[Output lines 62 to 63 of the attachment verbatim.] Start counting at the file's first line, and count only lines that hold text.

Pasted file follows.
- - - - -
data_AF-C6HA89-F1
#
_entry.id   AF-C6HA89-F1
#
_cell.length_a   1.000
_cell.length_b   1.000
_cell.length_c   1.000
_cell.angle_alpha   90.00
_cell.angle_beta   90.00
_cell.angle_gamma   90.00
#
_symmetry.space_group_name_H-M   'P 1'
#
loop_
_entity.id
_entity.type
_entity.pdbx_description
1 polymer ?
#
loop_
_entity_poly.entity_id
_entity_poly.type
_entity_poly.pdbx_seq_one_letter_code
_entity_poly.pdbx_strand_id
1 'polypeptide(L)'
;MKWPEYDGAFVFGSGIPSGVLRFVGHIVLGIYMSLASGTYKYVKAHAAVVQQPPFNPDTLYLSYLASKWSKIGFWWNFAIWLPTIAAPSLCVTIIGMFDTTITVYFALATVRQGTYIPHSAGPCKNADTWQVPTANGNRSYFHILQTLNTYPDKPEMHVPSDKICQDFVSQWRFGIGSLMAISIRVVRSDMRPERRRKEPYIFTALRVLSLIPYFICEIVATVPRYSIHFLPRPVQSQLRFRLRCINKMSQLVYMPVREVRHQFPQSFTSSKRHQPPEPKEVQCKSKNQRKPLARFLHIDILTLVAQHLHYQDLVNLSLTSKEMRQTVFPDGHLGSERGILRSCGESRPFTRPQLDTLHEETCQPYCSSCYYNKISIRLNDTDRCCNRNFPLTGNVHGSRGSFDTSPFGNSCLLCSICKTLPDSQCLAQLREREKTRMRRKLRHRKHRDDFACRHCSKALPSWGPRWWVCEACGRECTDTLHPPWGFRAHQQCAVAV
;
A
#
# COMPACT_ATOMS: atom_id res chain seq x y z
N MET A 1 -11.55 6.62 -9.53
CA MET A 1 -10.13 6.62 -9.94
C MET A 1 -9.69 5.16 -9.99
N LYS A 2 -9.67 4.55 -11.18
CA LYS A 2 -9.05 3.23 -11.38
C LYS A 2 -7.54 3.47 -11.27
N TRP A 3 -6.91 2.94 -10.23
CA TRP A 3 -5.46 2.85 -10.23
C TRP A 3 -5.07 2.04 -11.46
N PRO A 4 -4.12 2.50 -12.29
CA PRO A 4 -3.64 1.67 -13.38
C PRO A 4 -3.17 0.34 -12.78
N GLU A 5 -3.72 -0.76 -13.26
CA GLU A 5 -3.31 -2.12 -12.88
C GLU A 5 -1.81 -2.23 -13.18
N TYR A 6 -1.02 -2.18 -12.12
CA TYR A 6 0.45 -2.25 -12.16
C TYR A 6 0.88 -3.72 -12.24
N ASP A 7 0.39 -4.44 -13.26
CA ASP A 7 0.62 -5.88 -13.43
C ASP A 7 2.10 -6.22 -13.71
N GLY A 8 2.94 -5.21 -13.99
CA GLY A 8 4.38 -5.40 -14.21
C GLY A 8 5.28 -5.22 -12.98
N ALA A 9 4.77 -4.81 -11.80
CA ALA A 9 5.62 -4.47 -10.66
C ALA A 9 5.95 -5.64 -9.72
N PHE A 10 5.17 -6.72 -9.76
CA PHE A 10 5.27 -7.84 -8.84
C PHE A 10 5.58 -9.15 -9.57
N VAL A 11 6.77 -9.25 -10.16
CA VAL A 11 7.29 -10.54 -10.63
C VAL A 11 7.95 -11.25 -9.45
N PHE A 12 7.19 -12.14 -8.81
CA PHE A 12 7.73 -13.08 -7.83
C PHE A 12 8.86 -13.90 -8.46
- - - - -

CA VAL A 11 7.29 -10.54 -10.63
C VAL A 11 7.95 -11.25 -9.45